This tutorial briefly explains “what is Aspect Ratio“. This is a part of our series of articles titled “ILFS Explains” where we try to explain meanings of some commonly used technology terms, which might not be so commonly understood. Some previous articles in this series talked about POP vs IMAP and HTTP vs HTTPS.
Technology changes at an insane pace. What’s cutting edge today, is sure to be rendered obsolete someday. No matter how powerful of a Desktop, Notebook or a Smartphone you have, it will inevitably be superseded by something better. Thus, being in a state of constant flux is an inherent quality of technology. And that’s true for both software, and hardware. And not just computing products, but just about everything, from Televisions to Automobiles, and from Walkmans to iPods is subject to this universal law of change.
I’m pretty sure all of us remember the first Desktop Computers. They consisted of Cabinets that had to be laid down horizontally on the table, until they were replaced by the vertical standing ones, which, in turn have (recently) given way to All-In-Ones or AIOs.
But perhaps the best transformation has occurred in the field of display hardware. The big, bulky and boxy CRT (Cathode Ray Tube) monitors have been replaced by suave looking super thin LCD (Liquid Crystal Display) monitors. Earlier considered to be viable only for notebook computers, now even the cheapest desktop ships with a LCD monitor.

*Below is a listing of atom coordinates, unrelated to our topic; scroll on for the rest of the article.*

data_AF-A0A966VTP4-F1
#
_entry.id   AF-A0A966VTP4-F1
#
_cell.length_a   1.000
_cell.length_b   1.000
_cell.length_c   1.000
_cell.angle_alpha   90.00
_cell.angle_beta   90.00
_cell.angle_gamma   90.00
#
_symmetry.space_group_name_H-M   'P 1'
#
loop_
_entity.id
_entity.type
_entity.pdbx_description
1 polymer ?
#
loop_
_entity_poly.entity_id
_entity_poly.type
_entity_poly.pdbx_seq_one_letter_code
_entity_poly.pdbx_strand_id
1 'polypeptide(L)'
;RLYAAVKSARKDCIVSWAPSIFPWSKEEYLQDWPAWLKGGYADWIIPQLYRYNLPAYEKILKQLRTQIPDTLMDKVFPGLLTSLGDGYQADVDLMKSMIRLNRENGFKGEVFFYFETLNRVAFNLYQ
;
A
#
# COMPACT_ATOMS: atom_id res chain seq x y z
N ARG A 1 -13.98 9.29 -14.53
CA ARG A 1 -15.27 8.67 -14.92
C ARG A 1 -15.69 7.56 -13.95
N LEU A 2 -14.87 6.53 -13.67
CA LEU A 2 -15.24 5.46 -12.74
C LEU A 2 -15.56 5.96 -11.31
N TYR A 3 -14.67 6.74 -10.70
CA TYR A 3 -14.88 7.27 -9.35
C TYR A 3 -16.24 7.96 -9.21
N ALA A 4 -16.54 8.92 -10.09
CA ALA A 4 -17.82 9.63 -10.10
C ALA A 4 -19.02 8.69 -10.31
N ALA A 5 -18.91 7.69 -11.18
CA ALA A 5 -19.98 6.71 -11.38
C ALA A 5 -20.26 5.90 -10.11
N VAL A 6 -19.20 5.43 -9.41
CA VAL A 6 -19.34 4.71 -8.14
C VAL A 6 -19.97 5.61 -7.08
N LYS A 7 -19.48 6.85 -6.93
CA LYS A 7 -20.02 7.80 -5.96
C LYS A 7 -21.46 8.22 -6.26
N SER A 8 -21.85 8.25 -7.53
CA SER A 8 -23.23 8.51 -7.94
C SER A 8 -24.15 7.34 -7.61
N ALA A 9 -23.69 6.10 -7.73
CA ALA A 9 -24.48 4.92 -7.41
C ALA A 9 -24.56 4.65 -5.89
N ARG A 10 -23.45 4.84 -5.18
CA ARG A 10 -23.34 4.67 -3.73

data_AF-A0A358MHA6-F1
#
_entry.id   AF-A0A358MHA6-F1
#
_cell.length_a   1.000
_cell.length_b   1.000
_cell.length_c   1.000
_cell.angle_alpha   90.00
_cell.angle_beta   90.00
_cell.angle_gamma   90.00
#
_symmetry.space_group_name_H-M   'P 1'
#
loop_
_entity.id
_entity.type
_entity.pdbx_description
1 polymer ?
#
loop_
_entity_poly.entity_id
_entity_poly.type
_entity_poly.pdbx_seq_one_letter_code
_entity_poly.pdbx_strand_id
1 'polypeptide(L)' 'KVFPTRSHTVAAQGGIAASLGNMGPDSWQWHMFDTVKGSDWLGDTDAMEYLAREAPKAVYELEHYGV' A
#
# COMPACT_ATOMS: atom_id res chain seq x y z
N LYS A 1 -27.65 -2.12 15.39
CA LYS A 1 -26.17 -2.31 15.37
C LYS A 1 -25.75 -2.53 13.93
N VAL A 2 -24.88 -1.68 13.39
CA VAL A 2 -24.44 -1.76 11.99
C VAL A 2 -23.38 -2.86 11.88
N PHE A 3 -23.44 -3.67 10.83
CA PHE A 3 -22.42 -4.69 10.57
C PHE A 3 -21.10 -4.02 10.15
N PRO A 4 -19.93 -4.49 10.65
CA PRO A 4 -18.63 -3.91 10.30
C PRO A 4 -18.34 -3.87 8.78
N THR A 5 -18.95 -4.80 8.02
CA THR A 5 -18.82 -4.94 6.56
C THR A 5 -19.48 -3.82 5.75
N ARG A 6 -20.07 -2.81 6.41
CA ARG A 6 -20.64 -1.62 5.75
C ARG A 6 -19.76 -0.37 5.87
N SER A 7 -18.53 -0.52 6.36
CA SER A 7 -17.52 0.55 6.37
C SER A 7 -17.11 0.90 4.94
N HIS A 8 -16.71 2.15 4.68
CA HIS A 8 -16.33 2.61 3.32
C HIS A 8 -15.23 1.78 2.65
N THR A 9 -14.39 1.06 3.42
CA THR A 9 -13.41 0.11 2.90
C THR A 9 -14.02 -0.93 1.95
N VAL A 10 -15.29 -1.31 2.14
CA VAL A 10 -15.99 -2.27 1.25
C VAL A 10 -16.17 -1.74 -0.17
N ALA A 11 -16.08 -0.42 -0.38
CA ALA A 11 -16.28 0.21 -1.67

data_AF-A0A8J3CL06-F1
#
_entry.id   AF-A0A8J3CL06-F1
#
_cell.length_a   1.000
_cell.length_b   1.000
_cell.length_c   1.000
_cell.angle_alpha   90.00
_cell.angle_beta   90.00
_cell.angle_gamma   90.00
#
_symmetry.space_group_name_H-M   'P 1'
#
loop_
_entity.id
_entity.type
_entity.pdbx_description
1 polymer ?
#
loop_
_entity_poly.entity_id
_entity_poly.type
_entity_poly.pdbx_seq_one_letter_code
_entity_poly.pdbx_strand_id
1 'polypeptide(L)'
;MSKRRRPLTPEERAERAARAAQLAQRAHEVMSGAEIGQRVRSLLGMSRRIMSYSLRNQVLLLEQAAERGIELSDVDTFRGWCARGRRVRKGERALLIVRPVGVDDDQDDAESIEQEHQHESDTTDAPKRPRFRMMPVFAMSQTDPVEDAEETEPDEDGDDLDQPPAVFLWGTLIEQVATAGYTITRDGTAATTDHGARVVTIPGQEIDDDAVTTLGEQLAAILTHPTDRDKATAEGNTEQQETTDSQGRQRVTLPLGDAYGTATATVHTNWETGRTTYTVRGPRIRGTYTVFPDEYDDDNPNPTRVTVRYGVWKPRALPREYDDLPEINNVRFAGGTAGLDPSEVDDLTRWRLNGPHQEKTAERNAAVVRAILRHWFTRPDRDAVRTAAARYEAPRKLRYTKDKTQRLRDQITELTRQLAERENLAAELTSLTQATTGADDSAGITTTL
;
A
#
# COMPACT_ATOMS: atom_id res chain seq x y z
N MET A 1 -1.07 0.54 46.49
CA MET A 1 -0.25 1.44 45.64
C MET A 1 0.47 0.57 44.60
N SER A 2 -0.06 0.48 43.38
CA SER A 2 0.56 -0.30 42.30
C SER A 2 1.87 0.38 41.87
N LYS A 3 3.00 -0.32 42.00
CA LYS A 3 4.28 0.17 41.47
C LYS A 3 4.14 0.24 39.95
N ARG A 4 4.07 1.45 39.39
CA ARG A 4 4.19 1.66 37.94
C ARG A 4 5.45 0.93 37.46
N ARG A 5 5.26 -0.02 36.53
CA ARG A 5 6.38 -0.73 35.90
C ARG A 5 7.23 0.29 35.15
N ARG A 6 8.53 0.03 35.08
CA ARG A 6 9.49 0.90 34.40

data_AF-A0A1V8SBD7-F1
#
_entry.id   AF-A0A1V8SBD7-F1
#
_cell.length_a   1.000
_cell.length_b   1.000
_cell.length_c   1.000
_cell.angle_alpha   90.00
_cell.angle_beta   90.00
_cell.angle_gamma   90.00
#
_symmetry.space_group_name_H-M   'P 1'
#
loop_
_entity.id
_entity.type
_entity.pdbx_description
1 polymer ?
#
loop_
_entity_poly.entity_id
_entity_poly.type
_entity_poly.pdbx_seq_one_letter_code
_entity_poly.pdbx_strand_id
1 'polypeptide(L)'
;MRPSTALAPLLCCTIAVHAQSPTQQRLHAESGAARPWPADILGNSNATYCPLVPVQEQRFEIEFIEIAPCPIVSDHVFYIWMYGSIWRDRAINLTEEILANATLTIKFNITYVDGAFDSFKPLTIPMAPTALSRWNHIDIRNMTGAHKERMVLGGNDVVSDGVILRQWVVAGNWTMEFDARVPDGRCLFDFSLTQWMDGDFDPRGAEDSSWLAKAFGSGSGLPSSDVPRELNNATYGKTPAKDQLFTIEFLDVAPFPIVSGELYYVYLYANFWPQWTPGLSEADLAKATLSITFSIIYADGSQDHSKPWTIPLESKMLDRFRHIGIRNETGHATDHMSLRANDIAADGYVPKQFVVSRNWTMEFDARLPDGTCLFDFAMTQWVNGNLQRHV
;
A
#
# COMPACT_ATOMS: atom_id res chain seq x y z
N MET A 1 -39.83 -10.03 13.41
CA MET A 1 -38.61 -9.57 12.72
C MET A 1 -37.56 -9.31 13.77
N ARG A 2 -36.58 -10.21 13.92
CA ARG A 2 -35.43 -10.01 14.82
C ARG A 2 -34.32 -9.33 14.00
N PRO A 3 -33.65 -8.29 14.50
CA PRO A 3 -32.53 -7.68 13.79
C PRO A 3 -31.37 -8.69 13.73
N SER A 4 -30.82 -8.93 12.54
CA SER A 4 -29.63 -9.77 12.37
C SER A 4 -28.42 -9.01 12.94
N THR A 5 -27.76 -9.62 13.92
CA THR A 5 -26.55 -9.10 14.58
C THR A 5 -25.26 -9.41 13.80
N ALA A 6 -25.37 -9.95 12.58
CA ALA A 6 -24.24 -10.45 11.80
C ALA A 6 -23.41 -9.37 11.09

But have you guys ever noticed, how those monitors have changed, literally at the face? I’m sure you’ll instantly say, Oh yeah, the CRTs were kind of squar-ish, but these LCDs are more rectangular. So what’s up with the stretched displays of today that have replaced the boxy ones of the older times? Read on!!
Display Aspect Ratio or Simply Aspect Ratio: What is it?
Well, as it is clear from the name itself, first and foremost, Aspect ratio is, well, a ratio. Basically, it is the ratio of the width of the display to its height. In terms of computing and related fields of technology, aspect ratio can be of the display hardware itself (CRT, LCD monitors, Smartphone and Tablet screens, to name a few) or the media that is displayed on that hardware (Still Images, Moving Pictures or Movies). And since every single still image that we see on our gorgeous devices’ displays and every frame of the blockbuster movies that we enjoy on them are made up of tiny things called Pixels (short for Picture Element – the smallest constituent element of an image), we can say that ASPECT RATIO more specifically refers to the ratio of the number of pixels that run across a horizontal line to the number of pixels that run down a vertical line. And this is for still images, moving pictures as well as the display hardware.
Displays of the Yesteryears: Aspect ratio (4:3)
The early CRT monitors, and even the most recent models, all had a display aspect ratio of 4:3. This means that any media that has the same aspect ratio (4:3) would display perfectly on their screens, with absolutely no skewing or distortion at all, while the media with non standard resolution would either display awkwardly or won’t be supported at all. (Almost all Computer Displays, whether they are CRT or LCD, are capable of displaying multiple aspect ratios, even the non standard ones, to some extent). Thus, the most common display resolutions for the Computers of yesteryears were 640×480 (The good ol’ VGA), 1024×768 (XGA), 1600×1200 (UXGA) etc.